Everything you wanted to know about Rabies
Dr Ashwini Kumar Singh
Dr Kumar Mangalam Yadav
Rabies can adversely affect you and your pet. Here’s how to prevent rabies and manage it, if it occurs.
Rabies, one of the oldest recognised diseases, is a highly fatal viral infection of the central nervous system, which occurs in warm blooded animals. This disease causes inflammation of the brain leading to death.
The rabies is transmitted by the bites of affected animals. In India, dogs are mainly responsible for maintaining the disease and transmitting it to human beings. Jackals, foxes and wolves, etc maintain the disease in sylvatic areas. Mongoose also suffers from the disease and can transmit it. Rabies is not transmitted to pups through mother. There are higher chance of transmission through their mother lick and bites.
Symptoms of rabies
These may be described in three phases – the prodromal, the excitative and the paralytic form. Predominant excitative phase in usually termed as ‘furious rabies’ and predominantly paralytic as ‘dumb rabies’.
Prodromal phase: During this phase, there is a change in the temperament of the dog, who might turn aggressive and snappy. The dog usually refuses to take food, there may be slight rise in temperature, dilatation of the pupil and sluggish corneal reflex.
Excitation phase: After 2-3 days, the dog becomes increasingly irritable and restless; photophobia may be become apparent. He will not take food but will show a tendency to eat unnatural things like soil, straw, stone, wood etc. At this stage, he develops biting tendency and bites anyone coming in his way. Eyes become fixed and staring and appear expressionless. Paralytic symptoms appear in the form of dropped lower jaw, tongue hanging out, excessive salivation, change in voice and loss of voice.
Paralytic stage: In this stage, the dog hides in the dark place, like under the furniture. In most cases, there is characteristic changes in his bark due to laryngeal paralysis and then to pharyngeal spasm and paralysis, causing the animal to drool saliva. Paralysis of the whole body occurs followed by coma and death. The whole clinical course of the disease may last upto a maximum of 10 days. One should be alert in certain cardinal signs, especially jaw paralysis and the typical bark.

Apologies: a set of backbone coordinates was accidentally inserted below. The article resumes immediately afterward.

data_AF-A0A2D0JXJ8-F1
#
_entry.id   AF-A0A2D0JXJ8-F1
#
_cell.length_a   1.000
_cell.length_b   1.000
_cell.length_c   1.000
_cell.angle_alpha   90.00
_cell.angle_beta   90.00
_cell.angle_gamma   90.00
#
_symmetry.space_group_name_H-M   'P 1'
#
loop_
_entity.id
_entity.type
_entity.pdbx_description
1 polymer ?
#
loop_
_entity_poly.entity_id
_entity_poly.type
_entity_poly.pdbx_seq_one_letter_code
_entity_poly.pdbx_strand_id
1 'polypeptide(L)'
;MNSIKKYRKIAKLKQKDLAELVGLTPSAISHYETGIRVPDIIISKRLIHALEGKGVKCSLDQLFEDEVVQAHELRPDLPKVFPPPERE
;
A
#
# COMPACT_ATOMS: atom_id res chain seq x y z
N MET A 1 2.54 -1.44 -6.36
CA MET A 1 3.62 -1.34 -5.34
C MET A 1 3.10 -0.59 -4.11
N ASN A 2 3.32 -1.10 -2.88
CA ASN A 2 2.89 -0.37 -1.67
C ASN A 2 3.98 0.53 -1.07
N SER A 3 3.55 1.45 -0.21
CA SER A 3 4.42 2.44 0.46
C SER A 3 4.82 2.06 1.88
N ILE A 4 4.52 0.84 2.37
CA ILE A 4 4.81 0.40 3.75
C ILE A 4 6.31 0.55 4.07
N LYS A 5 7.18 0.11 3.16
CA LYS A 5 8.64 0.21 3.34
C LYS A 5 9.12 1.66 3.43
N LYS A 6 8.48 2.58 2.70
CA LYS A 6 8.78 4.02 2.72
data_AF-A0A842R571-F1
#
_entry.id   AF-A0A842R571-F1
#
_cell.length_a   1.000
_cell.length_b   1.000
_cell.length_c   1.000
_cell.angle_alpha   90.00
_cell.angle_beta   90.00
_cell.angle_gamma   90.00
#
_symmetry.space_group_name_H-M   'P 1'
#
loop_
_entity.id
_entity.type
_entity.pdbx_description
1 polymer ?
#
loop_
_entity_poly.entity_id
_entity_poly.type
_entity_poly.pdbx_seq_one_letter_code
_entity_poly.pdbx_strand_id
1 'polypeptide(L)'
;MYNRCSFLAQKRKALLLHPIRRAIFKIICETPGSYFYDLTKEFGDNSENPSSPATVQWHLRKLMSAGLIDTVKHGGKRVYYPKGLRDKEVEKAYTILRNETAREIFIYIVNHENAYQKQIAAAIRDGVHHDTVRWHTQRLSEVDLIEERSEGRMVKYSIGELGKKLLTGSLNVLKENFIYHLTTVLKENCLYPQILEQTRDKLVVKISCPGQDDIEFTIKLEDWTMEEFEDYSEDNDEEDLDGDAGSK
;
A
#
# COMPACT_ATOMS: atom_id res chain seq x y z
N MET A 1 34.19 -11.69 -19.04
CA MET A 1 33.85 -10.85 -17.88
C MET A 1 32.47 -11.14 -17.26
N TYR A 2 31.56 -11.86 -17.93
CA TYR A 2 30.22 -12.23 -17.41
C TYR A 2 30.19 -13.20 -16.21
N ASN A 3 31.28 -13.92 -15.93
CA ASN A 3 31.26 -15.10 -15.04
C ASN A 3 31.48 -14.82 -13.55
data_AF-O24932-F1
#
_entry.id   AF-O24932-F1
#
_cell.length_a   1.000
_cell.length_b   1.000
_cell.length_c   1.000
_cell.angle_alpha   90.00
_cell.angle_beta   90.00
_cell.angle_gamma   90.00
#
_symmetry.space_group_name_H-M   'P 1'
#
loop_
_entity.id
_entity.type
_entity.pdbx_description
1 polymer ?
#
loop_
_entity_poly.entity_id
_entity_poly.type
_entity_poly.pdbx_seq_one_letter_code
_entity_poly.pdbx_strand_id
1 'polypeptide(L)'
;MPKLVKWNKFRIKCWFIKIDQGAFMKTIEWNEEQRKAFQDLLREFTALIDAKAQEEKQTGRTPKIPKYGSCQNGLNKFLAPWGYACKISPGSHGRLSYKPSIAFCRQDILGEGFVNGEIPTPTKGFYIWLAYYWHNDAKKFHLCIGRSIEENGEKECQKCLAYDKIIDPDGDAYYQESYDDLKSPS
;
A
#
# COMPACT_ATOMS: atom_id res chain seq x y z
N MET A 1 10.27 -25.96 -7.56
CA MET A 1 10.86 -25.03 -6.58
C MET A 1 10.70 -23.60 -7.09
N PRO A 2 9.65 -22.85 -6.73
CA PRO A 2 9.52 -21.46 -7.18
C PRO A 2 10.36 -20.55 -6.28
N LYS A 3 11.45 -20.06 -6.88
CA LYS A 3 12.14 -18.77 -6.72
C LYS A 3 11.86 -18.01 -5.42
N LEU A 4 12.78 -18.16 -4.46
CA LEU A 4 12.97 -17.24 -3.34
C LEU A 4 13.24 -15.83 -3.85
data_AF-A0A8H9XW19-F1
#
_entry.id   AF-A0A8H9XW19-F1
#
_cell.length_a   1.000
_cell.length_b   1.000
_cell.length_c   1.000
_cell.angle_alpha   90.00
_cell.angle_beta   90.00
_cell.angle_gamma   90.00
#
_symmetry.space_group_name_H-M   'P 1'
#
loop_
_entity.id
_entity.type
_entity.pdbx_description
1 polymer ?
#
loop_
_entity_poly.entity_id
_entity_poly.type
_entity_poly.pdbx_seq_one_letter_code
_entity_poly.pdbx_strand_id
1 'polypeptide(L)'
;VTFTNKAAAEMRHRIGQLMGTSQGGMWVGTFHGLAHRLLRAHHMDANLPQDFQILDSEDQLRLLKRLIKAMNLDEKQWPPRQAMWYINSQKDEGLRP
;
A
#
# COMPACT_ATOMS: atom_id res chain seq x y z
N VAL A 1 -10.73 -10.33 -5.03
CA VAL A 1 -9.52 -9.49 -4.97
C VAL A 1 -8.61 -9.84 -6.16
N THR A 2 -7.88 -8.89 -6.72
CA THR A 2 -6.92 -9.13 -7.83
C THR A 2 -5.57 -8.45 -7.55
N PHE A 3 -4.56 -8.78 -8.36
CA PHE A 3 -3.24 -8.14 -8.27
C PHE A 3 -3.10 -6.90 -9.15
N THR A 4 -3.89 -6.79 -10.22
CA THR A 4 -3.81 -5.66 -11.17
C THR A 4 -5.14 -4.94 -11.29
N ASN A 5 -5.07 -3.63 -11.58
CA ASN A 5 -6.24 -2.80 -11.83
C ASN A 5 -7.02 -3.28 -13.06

Duration of disease
The period of incubation is roughly 10 days to one year and it depends on several factors including the site through which the virus enters into the body. If the site is closer to the brain, the disease spreads faster, resulting to death within five to seven days.
How is rabies diagnosed?
Clinical diagnosis: The diagnosis of rabies is one of the most difficult and important duties that veterinarian is called upon to perform. In most of the cases, the probability of human exposure, failure to recognise the disease may place human life in jeopardy. History of dog bite, sometimes prior to the development of disease, is usually most important for diagnosis.
Laboratory diagnosis: It includes –
- Rabies fluorescent antibody test
- Dot immunobinding assay
- Histopathological examination
- Mouse inoculation test
- Virus isolation
- Radioimmune assay
All dogs and cats should be vaccinated against rabies at three months of age and revaccinated one year later. There are two types of vaccines in use: Nerve tissue vaccines and Tissue Culture vaccines.
Management of animals who bite humans
A healthy dog, who bites a person, should be confined and observed for 10 days. It is recommended that rabies vaccine not be administered during the observation period. Such animals should be evaluated by veterinarian at the first sign of illness during confinement. Any illness in the animal should be reported immediately to the local health department.
Management for human bitten by rabid animals
- Flush and clean the bite wound with plenty of soap and water to remove and kill the virus as much as possible. After cleaning with soap solution, the wound should be treated by applying diluted solution of cetavlon. Strong corrosives like carbolic acid, silver nitrate and nitric acid are not preferred now-a-days.
- Do not put sutures to the wound as far as possible. In case suturing is unavoidable, use antirabies immunoglobuline locally.
- Do not cover the wound with plaster or sealing bandage.
- Antibiotics and prophylaxis for tetanus should be advocated as per the merit of case.
- Immunosuppressing agent like corticosteroids should not be given during the immunization period.
- Immediately follow the post exposure antirabies vaccination schedule. Previously immunized human will receive vaccine as per schedule.
(Dr Ashwini Kumar Singh and Dr Kumar Manglam Yadav are students of Mahatma Gandhi Veterinary College, Bharatpur, Rajasthan).